I’m well on record as saying the second downtown rail line is probably the most important piece of transportation infrastructure in the city of Dallas. Since I’ve now been asked my opinion on the various routes about five times this week, I thought I might as well share my perspective. I suspect people are seeing the pros and cons with each and there are some making it difficult to discern a preferred option.
The most important thing is that it gets built because of the ripple effects it allows up and down all of the lines. Because we can’t fit any more trains on the existing line through downtown means we can’t fit any more trains on any of the lines, which means we can’t reduce headways which is critical to convenience and ridership. Getting it built and having multiple ways around downtown might even allow for ‘new’ lines. For example, every line runs back and forth on its set line.
Now think about London. There are several lines that run on the same track for some length before veering off in different directions. Depending on your needs, you might be able to catch different lines to get to the same place. This allows for putting lots of trains on tracks and low headways (the time you wait between trains). Having route “D2” built means we could do different things like have a red-green line where the red line from Plano runs down to downtown and then switches to the green path to Fair Park and points south. Having the colors means these alternate routes would require a different nomenclature (red + green = Christmas line?). Or the Blue line from South Dallas could take the orange line to DFW airport.
With that said I’m somewhat ambivalent on routing. Some make more sense than others from a phasing standpoint. We have to define our goals. Is it immediate ridership needs? Or is it redevelopment potential. The most vocal camps seem to be split on these needs and B4 in some form or fashion seems to be somewhat of a compromise. Because the most important thing is getting the full thing built, I’ll support whatever wins provided it isn’t completely batshit. Like the elevated route.
Transit is always difficult to plan for precisely these reasons. Do you serve existing needs and potential riders or use it to try and leverage new development meaning new riders. That can be quite a gamble with lots of money. Taxpayers want useful things with their dollars. With that said, transit hasn’t shown the ability to leverage development as much as say walkability does, which then brings the kind of density necessary for ridership. Walkability 1st. Density 2nd. Transit 3rd.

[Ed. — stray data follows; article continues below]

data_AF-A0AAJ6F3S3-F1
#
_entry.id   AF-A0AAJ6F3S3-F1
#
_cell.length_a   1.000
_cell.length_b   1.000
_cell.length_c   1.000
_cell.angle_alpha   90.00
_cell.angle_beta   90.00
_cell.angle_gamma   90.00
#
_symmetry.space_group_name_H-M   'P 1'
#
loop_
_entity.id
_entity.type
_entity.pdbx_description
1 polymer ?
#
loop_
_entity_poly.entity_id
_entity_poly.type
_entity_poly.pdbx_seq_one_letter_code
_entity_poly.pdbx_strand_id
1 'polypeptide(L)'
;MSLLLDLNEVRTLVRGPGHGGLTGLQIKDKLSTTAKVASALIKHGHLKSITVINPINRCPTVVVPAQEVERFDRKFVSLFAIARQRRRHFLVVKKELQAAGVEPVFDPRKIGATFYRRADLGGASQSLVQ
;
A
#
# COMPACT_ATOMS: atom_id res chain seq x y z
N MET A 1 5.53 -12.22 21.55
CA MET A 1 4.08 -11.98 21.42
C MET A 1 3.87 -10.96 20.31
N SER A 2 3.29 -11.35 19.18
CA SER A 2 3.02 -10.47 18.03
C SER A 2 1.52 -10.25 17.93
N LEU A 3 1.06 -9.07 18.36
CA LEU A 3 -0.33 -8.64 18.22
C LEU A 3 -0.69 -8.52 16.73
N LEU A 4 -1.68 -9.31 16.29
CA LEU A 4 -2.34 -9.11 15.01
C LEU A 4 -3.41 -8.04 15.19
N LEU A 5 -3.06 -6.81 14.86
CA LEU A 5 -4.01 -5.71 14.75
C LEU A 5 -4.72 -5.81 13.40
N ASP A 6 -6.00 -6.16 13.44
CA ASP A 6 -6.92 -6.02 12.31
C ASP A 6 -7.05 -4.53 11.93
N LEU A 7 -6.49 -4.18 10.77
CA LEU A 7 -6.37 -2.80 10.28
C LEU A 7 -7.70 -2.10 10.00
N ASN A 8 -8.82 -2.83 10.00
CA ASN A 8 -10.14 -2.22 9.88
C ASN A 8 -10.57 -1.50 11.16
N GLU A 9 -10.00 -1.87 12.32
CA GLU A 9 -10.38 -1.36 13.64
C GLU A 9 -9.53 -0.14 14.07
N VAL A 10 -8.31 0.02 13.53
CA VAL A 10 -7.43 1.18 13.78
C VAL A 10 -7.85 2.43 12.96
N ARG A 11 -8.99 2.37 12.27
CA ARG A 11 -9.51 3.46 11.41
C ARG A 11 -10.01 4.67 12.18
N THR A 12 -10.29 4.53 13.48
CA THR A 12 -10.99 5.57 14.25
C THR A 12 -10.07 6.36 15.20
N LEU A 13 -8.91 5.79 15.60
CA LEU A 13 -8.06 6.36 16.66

B4 was the preferred alignment when I was on the original design team back in 07. What I’m not sure makes a lot of sense is why we would spend half the phase 1 money to build something we will shutter when it is time to build phase 2. From that standpoint, I’m liking C3 because it reaches Union Station, which would serve as an increased hub with D2 and HSR (theoretically) terminating by it. Its phase 1 is part of the eventual phase 2, which is wise from an expenditure standpoint. It would also do something with that useless Reunion Boulevard.
With that said, I’m sympathetic to those who want a subway below Commerce. I suspect in 20-30 years we will wish all of these lines were underground. To say that is unrealistic from a financial standpoint to me is potentially short-sighted. I could see a shift in the next decade or so in how federal transportation dollars get apportioned. I did some quick math yesterday if the USDOT budget was distributed directly to cities on a per capita basis. However, I would weight a bit more for bigger cities due to their economic significance. If USDOT budget were sent directly to cities for cities to spend how they feel best serves their needs would mean roughly $500 million to city of Dallas every year. Surely the feds will still want some sort of oversight that money isn’t vanishing into rat holes, but of course, it is now anyway.
With that kind of money, our maintenance problems go away quickly. And we can build a subway line with just a few years of revenue, maybe even one from CityPlace under Uptown to Victory, with a station or two along the way. Using the London tube as a model again, with stations about every half mile and depending on alignment if this was feasible would mean stations near Hall/McKinney as well as Cedar Springs/Maple. Point being, it’s time for Dallas to be a big boy city meaning we have to think about it like it will be one and pursue that path rather than letting defeatism, doubt, and short-sightedness get in the way.